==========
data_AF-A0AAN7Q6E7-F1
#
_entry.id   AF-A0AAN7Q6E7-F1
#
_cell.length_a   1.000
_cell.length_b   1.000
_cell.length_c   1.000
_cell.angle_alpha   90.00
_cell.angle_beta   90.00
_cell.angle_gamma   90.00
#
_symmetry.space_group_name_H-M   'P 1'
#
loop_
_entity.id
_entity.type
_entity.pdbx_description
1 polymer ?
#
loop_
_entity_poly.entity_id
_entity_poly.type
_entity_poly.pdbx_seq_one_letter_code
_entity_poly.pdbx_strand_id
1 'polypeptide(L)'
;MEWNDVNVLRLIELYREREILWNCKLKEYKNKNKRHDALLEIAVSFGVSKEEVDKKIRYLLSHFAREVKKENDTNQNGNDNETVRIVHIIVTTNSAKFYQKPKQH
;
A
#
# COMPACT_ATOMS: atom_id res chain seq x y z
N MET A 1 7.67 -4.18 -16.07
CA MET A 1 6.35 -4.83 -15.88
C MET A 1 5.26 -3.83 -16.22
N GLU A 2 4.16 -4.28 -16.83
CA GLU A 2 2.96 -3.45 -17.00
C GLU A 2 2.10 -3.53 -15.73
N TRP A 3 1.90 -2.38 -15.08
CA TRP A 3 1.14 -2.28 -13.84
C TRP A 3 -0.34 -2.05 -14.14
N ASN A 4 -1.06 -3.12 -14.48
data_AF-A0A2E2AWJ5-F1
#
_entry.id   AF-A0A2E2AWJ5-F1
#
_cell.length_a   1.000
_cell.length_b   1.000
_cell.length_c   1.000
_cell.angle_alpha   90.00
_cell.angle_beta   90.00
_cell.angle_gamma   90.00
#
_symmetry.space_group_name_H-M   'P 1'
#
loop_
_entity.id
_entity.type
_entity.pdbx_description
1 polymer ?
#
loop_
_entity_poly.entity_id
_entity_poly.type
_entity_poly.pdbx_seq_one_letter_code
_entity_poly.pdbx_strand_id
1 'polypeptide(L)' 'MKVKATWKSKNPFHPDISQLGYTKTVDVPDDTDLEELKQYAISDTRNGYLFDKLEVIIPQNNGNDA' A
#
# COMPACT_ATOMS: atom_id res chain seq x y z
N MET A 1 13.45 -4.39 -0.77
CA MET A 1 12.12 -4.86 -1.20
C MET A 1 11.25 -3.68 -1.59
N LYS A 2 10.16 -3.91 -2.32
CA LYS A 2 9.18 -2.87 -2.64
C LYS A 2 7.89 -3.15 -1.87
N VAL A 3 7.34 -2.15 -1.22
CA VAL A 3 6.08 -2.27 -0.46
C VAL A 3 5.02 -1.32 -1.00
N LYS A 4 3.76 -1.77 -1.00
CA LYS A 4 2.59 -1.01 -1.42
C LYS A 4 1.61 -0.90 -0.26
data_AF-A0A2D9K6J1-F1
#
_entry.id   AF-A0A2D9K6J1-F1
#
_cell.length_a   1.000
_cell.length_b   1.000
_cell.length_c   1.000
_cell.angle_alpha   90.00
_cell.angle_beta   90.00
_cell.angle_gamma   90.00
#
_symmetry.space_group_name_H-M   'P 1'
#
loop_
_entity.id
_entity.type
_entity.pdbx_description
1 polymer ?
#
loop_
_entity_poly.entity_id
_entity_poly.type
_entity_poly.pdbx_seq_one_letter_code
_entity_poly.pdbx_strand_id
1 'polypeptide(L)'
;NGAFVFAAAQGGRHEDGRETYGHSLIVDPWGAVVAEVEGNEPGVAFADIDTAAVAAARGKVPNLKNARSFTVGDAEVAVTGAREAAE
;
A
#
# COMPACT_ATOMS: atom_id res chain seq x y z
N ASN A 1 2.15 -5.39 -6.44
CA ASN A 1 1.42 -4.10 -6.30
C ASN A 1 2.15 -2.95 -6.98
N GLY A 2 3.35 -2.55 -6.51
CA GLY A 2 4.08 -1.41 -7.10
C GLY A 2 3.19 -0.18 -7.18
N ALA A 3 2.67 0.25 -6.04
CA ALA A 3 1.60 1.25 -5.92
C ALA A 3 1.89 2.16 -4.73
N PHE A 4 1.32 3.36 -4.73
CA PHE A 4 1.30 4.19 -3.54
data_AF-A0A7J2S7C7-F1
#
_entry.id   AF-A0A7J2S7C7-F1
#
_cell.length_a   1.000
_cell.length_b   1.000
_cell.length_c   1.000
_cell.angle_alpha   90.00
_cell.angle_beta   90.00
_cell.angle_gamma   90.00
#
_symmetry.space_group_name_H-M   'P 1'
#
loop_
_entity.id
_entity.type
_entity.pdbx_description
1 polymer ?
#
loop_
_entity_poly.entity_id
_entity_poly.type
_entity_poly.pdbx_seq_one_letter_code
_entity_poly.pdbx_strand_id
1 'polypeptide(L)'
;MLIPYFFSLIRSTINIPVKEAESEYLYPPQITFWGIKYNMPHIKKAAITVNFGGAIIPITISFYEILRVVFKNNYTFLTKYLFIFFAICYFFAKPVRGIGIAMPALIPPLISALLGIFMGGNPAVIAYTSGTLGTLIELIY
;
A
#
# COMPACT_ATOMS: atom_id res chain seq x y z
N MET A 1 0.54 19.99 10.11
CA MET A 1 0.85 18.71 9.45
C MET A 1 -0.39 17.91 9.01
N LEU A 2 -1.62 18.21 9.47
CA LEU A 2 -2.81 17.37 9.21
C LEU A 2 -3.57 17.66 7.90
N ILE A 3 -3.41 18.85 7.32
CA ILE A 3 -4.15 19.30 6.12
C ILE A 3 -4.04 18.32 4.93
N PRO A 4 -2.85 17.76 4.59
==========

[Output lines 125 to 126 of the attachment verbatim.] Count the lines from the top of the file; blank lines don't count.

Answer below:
_cell.length_a   1.000
_cell.length_b   1.000